If this law were to pass, one would have to wonder if it would then warrant discrimination on these grounds in other areas. For example, perhaps Canadian-born citizens would be given preference over foreign-born citizens in federal government hiring, an area where the federal government itself has noted that visible minorities are seriously underrepresented.
How far would this inequity be permitted to carry? Which group would this policy affect more than any other? Visible minorities. After the unfortunate and tragic events of September 11, visible minorities have forfeited more of their civil liberties than any other group. For example, shortly after September 11 the media reported that the Deputy Minister of Citizenship and Immigration directed immigration officers to apply racial profiling at our borders.
If a distinction between Canadian-born and naturalized citizens were to be made, then as a minimum there should be studies conducted to determine which group, if any, it would affect more than others. Good governance demands that policy analysis be complete, differential impacts be considered, and policies be equitably applied.
It is my contention that such a study will conclude that visible minorities will be affected more than any other group. Can the Canadian government tell us conclusively this is not the case at this time? If they find that visible minorities are more affected than any other group, can the government explicitly state why this is acceptable?
Furthermore, an extensive publicly acceptable study should be undertaken to determine whether the distinction between naturalized and Canadian-born citizens proposed in this bill would lead to further discrimination if it were to be used as legal precedent in other cases.
Finally, given the fundamental inequity of a two-tiered system of citizenship, it is doubtful whether such a distinction would survive a charter challenge. Equity is a cornerstone of our charter rights. It is inconceivable to me that the charter would allow that a second class of citizens could live in fear of being displaced in the nation they had adopted as their own.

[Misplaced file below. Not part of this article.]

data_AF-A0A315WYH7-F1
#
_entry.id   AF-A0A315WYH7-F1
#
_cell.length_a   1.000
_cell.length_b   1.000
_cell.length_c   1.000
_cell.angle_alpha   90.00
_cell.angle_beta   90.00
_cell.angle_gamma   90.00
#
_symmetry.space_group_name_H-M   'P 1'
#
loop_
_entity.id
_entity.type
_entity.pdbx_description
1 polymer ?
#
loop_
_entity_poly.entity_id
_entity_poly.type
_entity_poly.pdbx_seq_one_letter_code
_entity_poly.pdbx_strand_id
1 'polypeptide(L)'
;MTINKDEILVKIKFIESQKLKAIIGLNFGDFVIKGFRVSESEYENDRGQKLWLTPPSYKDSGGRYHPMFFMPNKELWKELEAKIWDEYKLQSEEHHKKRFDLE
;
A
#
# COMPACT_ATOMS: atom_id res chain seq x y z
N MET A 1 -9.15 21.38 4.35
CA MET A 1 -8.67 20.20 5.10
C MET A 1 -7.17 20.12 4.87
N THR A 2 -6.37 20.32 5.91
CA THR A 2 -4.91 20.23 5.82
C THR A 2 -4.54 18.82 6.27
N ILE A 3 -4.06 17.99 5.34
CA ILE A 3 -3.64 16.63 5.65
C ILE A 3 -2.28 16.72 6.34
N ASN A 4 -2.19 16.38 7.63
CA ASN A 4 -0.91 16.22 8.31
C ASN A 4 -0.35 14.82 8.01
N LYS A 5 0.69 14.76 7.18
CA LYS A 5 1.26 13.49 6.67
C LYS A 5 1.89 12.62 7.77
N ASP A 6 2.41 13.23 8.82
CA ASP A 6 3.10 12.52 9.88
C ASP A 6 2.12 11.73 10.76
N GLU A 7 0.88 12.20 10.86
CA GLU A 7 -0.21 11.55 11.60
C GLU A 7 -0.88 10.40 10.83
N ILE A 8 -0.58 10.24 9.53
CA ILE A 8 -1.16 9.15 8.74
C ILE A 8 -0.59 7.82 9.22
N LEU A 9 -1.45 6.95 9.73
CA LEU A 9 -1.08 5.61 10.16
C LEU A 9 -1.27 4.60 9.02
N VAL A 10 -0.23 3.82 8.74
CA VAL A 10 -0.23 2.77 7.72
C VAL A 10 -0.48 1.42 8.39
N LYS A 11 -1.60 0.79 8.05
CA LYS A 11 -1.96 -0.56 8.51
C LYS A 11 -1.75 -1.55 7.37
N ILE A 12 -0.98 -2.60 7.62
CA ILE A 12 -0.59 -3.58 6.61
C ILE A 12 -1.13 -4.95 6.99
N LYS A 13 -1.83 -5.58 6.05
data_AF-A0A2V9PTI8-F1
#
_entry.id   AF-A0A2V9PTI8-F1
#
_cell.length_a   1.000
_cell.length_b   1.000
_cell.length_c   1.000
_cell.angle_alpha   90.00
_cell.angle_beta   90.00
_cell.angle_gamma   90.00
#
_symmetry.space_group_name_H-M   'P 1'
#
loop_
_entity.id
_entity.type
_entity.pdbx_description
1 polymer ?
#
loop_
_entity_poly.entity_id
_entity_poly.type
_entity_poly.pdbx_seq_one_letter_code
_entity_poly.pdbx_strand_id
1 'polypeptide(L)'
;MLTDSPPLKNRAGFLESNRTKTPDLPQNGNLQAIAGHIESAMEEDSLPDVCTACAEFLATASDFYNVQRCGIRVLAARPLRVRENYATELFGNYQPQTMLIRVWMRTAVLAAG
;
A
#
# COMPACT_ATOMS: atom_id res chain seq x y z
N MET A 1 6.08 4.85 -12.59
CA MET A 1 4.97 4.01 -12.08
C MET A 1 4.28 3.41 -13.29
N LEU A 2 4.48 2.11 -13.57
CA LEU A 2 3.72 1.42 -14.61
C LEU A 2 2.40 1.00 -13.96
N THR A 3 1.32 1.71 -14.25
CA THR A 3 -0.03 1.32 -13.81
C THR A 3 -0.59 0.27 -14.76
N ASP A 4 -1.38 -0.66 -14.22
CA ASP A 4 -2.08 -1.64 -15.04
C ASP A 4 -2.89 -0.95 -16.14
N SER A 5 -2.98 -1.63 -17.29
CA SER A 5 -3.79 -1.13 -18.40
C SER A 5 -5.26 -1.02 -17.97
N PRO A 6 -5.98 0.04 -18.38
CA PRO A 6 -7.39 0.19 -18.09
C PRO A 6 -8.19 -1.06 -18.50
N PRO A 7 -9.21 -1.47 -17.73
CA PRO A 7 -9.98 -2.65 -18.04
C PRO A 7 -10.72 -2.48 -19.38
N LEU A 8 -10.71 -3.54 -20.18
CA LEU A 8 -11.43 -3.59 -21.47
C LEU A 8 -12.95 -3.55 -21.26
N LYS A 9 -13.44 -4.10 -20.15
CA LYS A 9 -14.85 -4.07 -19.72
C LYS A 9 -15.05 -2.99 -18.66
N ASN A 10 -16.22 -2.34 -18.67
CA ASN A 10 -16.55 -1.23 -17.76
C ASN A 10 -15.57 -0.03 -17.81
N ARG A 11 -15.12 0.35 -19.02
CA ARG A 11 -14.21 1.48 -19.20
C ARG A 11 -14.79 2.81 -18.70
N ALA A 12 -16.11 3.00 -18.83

Ladies and gentlemen, thank you very much.
The Acting Chair (Mr. David Price): Thank you very much for the presentation.
Lynne, would you like to start?
Mrs. Lynne Yelich (Blackstrap, Canadian Alliance): I just have one question. It's not even up for debate, but I'm curious. When I read your presentation, you asked, when does a citizen become a full-blown citizen; when can he feel this is his home? I'm wondering what you think of dual citizenship -- whether when they want to become a Canadian and have the protection of the bill of rights and want the Canadian charter to protect them and never want to lose that citizenship -- if they, in fact, should just be that, a Canadian citizen, and not retain a dual citizenship. You can never have it revoked, because you could never become stateless; we have signed an international treaty saying we're not allowed to make anybody stateless. If you were just a Canadian, would that help with some of your concerns about revoking? I just want to know what you think of that.
It was brought up to me at another committee, actually. The people asked -- because you brought up Iraq -- how can you pledge allegiance to two countries? It's that sort of thing; that's why I brought it up. I just wanted to know what you thought.
Mr. Tarlochan Binning: At this moment, I don't think the Government of Canada has a treaty with the Government of India for dual citizenship. For me—I can't speak for anybody else—this is my country. This is my home, and I would never consider going back home to India.
Mrs. Lynne Yelich: So you're happy with having one citizenship and not—
Mr. Tarlochan Binning: I am happy here, and I wouldn't even dream of asking anybody to.... I don't want to be a dual citizen of anything. I'm a Canadian. I want to stay here. I want to be a part of Canada.
Mrs. Lynne Yelich: I think a lot of people have the very same concerns as you. In fact, I'd be very surprised if these clauses stay in that easily, because there's lots of concern, just as you outlined in your presentation so well.
I'd like to thank you for your presentation.
Mr. Tarlochan Binning: Thank you.
Mr. Tarlochan Binning: That's a very interesting question. This was not a part of my presentation, but I will deal with it.
How to determine if the refugees are genuine or not is the first step. But obviously when we determine that a certain person is a refugee, we allow him to stay here. I think, if I'm not wrong, it takes three years to get citizenship. By this time, it is our duty to find out if they're genuine or not. If they're not, that can be dealt with. But after three years, if we fail to determine it, then part of the blame lies with ourselves.